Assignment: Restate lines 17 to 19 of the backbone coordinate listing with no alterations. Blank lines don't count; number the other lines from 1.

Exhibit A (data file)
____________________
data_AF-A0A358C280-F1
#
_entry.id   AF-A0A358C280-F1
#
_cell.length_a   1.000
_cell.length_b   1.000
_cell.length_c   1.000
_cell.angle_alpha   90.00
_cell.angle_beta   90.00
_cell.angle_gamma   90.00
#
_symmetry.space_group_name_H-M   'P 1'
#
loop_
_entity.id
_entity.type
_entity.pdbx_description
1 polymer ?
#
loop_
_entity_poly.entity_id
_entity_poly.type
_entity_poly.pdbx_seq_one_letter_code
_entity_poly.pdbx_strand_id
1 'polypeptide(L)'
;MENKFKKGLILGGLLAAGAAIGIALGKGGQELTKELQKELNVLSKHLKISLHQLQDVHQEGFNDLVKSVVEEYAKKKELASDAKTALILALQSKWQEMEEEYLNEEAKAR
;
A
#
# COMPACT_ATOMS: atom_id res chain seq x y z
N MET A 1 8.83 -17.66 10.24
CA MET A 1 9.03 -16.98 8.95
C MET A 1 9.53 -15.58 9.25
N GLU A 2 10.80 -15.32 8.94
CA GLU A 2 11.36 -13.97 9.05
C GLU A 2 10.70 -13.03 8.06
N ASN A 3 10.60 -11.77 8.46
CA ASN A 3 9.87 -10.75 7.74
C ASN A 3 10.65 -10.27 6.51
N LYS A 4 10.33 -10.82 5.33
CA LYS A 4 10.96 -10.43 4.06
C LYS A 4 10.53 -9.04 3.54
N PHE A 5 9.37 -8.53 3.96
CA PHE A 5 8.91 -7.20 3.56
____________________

_entity.pdbx_description
1 polymer ?
#